“Buzanowm” aka Matt Buzanowski has been a part of the Cobalt Core since 2017. He is one of the 400+ pentesters worldwide who has contributed to the over 4,000 Cobalt pentests. Based in the United States, he started his path in the US Army, where he learned to breach physical and electronic security perimeters. Matt brings this experience into his role as a security professional and pentester who focuses on full-scope Red Team engagements, physical security assessments, and web and mobile application pentesting. Matt has also honed his reverse engineering and exploit development skills over the years and is credited with multiple CVEs.
Can you tell us about your Pentester Origin Story? What was the pivotal moment for you – when did you know this was your career path?
I have always had a fascination with technology and understanding how it works. I watched Sneakers in middle school, which set my curiosity for hacking on fire. I received my first computer in the late 90s and discovered 2600 Magazine and our local meetup. I started to hone my skills in hacking and phone phreaking.
After leaving the Army, I worked for a defense contracting company in multiple information security roles while attending courses such as Offensive Security’s Original Pentesting With Backtrack (PWB) course. After participating in numerous information-security focused roles, my employer tasked me with creating an internal Red Team and penetration tester training program for interested employees.
Over the next few years, I created multiple Red Teams for Fortune 100 companies. During this time, I also completed numerous other certifications, such as the OSEE, OSCE, and OSWP.
As a consultant, I was fortunate to work with various clients in different industries. Constant exposure to new challenges pushed me to grow my career as an offensive security professional continually. I had the chance to work in a wide range of offensive security disciplines. This included web application and mobile testing, source code/binary auditing, physical security assessments, social engineering (in person, phone, etc.), network penetration testing, and blended threat assessments (Red Teaming). In addition to gaining a wealth of experience, I worked with coworkers who challenged me to continue improving and learning. All the experience I gained along the way has shaped my knowledge base and ability to make calculated decisions, sometimes under great stress. I constantly draw on my accrued experience in my daily activities. Today, I am honored to be part of another great Fortune 100 Red Team that I helped start and grow over the past four years.
What has your military experience taught you, and how has it shaped your career in security?
The number one thing I took away from my time in the military was what it means to be a good person and an effective leader. While not always, leadership has been a vital skill that I leveraged as a leader and follower. While in the Army, I experienced multiple leadership styles, and I eventually adopted a combination of these styles that I saw as honorable. Leadership mantras such as “lead by example,” “never ask someone to do something you haven’t done/wouldn’t do,” and “treat everyone with respect” have helped guide my decision-making process.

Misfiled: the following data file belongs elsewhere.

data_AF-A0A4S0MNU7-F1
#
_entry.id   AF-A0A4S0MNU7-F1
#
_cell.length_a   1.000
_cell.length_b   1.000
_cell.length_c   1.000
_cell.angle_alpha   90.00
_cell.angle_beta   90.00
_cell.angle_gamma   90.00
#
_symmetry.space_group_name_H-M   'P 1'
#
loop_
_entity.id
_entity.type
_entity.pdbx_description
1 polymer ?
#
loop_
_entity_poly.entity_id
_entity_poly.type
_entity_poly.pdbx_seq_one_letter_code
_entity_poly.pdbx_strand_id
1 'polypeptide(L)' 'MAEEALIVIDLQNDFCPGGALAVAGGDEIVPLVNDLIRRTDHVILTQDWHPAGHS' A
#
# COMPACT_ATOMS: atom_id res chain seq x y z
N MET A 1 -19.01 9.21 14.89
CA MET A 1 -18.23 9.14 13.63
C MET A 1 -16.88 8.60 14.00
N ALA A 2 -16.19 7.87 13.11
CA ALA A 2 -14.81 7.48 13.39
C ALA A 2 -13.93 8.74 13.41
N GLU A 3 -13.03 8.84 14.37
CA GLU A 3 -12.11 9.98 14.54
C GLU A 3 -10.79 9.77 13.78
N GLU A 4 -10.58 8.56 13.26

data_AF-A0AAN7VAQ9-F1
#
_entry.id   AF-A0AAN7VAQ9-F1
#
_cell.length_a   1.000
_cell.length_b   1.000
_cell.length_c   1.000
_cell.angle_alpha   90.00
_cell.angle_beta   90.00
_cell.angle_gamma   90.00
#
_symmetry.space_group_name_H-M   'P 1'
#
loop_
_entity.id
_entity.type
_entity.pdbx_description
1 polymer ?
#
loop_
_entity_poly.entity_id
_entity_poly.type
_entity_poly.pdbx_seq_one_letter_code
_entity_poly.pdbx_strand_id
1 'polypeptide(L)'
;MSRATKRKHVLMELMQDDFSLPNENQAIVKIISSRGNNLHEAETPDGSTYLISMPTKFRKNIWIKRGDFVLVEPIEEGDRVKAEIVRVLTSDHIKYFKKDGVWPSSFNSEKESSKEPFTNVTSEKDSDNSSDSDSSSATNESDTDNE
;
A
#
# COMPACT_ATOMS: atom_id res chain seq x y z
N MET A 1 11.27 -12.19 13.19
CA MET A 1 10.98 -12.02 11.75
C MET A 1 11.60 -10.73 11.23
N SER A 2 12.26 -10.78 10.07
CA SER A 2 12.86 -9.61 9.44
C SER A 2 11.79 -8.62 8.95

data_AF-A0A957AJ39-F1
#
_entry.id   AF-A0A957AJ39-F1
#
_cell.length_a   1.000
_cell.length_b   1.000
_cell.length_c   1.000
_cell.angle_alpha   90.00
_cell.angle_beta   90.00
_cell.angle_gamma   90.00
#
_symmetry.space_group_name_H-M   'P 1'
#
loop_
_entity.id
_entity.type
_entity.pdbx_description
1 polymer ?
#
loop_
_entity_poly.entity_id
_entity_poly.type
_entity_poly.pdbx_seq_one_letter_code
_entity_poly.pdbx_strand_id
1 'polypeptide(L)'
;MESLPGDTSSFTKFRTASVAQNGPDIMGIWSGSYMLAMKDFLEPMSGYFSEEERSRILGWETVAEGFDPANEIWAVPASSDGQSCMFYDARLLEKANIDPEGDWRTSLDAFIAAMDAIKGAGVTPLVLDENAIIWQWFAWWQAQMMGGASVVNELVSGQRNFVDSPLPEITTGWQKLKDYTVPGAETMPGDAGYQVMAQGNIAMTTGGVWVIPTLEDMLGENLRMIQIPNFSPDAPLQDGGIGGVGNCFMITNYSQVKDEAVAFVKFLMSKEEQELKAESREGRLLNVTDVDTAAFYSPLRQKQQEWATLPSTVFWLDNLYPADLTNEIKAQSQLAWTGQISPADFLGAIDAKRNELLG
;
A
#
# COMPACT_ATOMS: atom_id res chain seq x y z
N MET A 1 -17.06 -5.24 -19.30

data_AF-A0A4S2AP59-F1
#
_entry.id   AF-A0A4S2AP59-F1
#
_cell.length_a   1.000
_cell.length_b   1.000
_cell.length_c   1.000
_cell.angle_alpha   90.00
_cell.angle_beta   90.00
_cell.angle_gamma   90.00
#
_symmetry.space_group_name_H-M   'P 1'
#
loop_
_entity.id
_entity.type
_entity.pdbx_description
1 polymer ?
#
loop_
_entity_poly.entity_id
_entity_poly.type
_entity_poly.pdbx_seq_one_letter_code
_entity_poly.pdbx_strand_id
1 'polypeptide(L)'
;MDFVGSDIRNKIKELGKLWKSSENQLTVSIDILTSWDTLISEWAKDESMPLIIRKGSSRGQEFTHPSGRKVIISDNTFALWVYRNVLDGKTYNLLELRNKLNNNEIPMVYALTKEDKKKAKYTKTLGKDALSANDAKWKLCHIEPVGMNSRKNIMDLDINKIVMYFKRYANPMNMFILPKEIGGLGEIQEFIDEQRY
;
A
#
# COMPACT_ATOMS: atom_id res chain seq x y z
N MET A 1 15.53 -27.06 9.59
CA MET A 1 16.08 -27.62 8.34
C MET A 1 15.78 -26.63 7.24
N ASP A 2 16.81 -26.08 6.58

Where do you go to learn in the security community?
I don't necessarily go to a single source to keep up on things. I have curated a very focused feed in Inoreader that helps me stay up on the constant changes in the OffSec landscape. This way, it's all in one place, and I'm not having to waste precious time looking through tons of new info or scouring Twitter for something.
Do you have a pentesting specialty?
I have always enjoyed binary reverse engineering and exploit development. However, I’ve found that each discipline offers something different that I can deep dive into and have fun with. Therefore, I tend to like most specialties. For example, in my current position, I am responsible for scoping and performing external/internal network penetration tests, web application and API assessments, mobile application tests, social engineering engagements, physical security assessments, vulnerability research, and wireless penetration tests.
What advice would you offer to someone currently looking to get into infosec as a pentester or a security professional?
I would advise finding a specialty within offensive security to focus on initially. There are so many offensive security-related disciplines now that it can become overwhelming to decide. However, when choosing that specialty, keep in mind that the employers are looking for some things more than others. Therefore, if you are trying to land your first pentest job, you’ll have a much better chance of doing so if you focus on learning skills many companies want. Some good examples are web and mobile application assessments and cloud penetration testing. After landing your first gig, you can begin branching off to other specialties. This will keep you current and help ensure you have more to offer your current and future employers.